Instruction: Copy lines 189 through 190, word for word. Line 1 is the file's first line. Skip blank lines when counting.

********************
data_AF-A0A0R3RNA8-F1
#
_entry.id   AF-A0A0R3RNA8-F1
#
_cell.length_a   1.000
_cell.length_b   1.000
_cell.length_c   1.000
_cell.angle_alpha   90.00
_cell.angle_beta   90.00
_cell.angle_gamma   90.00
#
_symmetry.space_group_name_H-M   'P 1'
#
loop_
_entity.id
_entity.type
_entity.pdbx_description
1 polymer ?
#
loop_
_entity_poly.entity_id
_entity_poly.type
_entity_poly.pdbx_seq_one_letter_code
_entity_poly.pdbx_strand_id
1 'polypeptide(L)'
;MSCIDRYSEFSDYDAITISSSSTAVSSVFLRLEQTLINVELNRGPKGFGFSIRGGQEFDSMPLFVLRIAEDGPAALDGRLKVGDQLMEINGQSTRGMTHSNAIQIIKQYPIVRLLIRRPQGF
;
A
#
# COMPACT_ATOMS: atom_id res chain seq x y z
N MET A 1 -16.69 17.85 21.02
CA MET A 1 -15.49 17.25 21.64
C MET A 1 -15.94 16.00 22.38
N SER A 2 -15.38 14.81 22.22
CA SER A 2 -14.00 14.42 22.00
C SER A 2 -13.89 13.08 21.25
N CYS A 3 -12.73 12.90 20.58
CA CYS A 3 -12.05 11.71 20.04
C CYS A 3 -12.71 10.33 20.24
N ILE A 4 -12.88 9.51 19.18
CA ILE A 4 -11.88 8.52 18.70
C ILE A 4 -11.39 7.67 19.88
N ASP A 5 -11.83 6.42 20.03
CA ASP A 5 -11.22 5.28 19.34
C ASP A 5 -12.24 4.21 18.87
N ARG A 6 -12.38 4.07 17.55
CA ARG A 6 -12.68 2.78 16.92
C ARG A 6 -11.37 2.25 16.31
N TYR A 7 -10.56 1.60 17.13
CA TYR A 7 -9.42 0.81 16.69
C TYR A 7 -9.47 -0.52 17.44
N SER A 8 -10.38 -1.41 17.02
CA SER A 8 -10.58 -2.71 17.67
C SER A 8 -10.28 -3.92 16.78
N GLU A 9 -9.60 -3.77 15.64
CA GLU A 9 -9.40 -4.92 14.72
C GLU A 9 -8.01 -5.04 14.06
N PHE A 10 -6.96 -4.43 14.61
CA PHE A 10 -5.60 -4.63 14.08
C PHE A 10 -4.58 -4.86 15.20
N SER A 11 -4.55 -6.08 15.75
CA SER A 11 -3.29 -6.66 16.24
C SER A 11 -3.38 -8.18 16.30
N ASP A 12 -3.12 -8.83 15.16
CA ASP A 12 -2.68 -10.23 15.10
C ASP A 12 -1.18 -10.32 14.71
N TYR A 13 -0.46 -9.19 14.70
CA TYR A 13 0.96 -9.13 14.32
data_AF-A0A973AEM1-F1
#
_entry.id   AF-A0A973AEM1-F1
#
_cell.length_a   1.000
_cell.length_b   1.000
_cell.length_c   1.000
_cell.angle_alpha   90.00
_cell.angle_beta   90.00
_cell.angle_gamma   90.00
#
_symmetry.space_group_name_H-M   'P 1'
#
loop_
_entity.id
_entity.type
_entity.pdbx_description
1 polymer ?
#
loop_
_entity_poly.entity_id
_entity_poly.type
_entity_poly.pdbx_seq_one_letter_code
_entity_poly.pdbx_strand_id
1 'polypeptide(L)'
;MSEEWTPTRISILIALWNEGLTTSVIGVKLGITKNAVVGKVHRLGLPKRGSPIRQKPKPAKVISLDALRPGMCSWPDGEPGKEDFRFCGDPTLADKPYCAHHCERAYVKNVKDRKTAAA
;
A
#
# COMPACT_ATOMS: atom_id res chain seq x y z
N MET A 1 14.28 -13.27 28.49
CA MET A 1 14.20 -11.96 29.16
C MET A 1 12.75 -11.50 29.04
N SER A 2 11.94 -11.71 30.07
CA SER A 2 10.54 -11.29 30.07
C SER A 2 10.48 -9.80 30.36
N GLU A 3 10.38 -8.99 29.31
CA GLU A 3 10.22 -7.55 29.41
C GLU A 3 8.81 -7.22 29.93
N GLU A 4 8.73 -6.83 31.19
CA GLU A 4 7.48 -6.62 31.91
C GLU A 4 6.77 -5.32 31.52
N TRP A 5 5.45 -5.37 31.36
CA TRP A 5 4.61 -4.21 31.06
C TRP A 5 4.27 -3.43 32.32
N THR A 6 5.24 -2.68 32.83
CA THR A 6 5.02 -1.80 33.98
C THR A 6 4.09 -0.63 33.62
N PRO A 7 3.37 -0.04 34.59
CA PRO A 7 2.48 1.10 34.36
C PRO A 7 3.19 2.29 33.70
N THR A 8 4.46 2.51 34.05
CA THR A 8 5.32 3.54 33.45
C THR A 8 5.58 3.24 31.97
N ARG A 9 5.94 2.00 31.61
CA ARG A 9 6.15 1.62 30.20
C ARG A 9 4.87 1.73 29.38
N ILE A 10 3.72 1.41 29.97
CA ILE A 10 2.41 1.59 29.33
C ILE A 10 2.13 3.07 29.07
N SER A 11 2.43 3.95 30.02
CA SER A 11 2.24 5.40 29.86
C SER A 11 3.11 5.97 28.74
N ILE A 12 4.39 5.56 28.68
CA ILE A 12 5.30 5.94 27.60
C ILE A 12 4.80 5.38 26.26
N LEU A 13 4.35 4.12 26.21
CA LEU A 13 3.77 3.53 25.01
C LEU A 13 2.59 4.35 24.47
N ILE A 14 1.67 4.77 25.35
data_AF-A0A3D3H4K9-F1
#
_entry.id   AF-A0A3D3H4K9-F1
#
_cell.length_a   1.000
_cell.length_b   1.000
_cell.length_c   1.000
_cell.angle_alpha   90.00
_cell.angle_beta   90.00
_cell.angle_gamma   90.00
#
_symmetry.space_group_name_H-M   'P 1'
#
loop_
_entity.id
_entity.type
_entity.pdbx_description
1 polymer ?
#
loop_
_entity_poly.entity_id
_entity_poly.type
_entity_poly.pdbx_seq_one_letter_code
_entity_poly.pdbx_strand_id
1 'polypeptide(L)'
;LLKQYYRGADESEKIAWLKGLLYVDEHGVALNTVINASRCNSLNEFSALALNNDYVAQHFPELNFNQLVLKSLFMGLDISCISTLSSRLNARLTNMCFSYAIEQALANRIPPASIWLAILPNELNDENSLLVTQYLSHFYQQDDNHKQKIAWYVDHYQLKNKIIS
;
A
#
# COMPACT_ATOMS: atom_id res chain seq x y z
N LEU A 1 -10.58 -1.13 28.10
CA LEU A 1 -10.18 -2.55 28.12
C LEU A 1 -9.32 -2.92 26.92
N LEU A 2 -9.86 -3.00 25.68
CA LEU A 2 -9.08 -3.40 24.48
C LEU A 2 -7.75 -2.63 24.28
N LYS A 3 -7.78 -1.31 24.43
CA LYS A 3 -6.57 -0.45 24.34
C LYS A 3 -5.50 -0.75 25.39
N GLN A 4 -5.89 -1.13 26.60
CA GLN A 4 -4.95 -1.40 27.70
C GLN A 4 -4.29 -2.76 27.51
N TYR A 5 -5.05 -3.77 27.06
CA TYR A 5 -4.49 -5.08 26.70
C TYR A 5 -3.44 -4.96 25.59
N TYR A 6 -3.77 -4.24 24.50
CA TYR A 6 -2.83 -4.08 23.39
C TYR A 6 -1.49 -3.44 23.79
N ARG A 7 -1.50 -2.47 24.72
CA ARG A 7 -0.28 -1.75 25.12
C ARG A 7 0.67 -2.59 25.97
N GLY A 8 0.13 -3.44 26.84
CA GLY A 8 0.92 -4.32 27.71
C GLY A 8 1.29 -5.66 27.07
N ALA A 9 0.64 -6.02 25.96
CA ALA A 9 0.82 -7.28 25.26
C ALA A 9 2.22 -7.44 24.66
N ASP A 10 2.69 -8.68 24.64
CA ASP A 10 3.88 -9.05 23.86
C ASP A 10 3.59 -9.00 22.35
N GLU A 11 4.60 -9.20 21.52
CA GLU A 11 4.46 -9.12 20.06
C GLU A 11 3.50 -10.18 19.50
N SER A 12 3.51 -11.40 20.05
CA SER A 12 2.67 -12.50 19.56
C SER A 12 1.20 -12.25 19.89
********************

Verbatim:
C ARG A 7 0.67 -2.59 25.97
N GLY A 8 0.13 -3.44 26.84